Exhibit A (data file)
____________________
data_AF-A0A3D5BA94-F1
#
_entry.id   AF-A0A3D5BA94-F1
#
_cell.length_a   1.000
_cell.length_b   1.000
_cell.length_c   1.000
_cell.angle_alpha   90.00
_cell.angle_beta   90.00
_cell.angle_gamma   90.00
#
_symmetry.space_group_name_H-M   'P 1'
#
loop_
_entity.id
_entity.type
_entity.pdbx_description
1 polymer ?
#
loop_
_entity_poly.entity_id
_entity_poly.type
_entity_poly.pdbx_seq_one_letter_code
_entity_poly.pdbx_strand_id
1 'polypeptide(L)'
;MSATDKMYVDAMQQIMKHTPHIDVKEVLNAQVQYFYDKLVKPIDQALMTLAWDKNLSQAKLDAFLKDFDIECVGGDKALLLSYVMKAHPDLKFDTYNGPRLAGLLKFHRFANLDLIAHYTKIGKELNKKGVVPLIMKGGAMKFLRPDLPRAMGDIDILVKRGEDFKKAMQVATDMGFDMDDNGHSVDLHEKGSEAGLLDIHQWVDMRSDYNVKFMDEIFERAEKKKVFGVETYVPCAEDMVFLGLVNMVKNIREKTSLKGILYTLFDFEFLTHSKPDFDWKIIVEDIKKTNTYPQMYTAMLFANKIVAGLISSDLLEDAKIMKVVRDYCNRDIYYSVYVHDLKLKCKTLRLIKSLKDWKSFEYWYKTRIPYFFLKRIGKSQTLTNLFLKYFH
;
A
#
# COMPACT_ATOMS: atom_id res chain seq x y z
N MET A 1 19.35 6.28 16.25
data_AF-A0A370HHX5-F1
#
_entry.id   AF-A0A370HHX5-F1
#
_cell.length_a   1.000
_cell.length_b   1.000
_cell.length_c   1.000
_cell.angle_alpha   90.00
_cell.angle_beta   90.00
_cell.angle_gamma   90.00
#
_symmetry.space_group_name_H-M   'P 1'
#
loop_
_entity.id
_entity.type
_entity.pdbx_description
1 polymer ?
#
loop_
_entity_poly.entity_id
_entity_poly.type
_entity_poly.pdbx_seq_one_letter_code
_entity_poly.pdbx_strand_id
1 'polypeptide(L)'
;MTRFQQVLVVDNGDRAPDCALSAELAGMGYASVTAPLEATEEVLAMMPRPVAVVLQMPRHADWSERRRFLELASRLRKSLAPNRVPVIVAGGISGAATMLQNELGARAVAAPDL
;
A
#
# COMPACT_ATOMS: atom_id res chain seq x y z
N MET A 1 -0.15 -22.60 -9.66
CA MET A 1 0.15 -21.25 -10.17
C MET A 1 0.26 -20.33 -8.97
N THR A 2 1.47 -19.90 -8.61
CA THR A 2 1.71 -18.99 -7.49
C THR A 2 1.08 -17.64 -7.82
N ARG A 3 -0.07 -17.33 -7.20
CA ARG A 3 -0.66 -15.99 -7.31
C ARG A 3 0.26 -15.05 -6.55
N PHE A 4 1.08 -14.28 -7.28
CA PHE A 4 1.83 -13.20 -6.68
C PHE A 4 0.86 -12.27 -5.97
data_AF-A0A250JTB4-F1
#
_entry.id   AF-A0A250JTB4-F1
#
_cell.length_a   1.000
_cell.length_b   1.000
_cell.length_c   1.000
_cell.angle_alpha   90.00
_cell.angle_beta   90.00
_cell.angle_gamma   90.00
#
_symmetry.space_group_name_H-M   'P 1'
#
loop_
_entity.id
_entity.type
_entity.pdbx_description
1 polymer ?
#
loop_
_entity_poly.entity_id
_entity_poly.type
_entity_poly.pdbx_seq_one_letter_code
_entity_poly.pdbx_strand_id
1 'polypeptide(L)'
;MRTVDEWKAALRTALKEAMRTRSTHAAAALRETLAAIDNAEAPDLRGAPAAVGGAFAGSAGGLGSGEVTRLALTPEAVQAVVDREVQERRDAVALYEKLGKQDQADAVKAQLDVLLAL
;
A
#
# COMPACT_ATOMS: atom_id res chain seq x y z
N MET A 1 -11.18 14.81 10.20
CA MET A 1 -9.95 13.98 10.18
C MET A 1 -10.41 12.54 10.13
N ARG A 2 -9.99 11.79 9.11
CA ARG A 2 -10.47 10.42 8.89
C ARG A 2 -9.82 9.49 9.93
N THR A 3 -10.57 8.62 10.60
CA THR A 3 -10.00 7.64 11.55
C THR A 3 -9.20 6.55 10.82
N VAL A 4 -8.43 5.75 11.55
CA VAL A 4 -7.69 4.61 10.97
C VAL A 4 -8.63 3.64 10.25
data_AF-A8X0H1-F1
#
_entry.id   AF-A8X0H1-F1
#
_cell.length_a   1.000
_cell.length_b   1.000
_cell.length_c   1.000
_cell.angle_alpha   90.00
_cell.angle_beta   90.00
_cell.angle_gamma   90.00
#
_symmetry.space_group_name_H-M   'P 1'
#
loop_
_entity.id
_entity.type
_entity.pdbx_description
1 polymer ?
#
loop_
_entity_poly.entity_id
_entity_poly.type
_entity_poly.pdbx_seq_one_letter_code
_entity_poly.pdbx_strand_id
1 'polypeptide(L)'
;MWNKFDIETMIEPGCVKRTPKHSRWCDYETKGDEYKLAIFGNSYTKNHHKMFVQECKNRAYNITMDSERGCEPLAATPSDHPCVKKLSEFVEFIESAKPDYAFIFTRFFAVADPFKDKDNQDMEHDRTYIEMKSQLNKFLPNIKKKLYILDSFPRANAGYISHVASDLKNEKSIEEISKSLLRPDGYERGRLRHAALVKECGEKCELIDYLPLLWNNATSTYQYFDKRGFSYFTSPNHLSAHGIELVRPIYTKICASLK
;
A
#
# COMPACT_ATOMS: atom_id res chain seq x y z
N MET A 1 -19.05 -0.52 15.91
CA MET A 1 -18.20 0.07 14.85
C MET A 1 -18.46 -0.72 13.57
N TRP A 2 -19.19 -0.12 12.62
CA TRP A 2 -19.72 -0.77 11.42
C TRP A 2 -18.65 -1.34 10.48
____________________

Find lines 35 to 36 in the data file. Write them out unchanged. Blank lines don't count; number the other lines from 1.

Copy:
#
_cell.length_a   1.000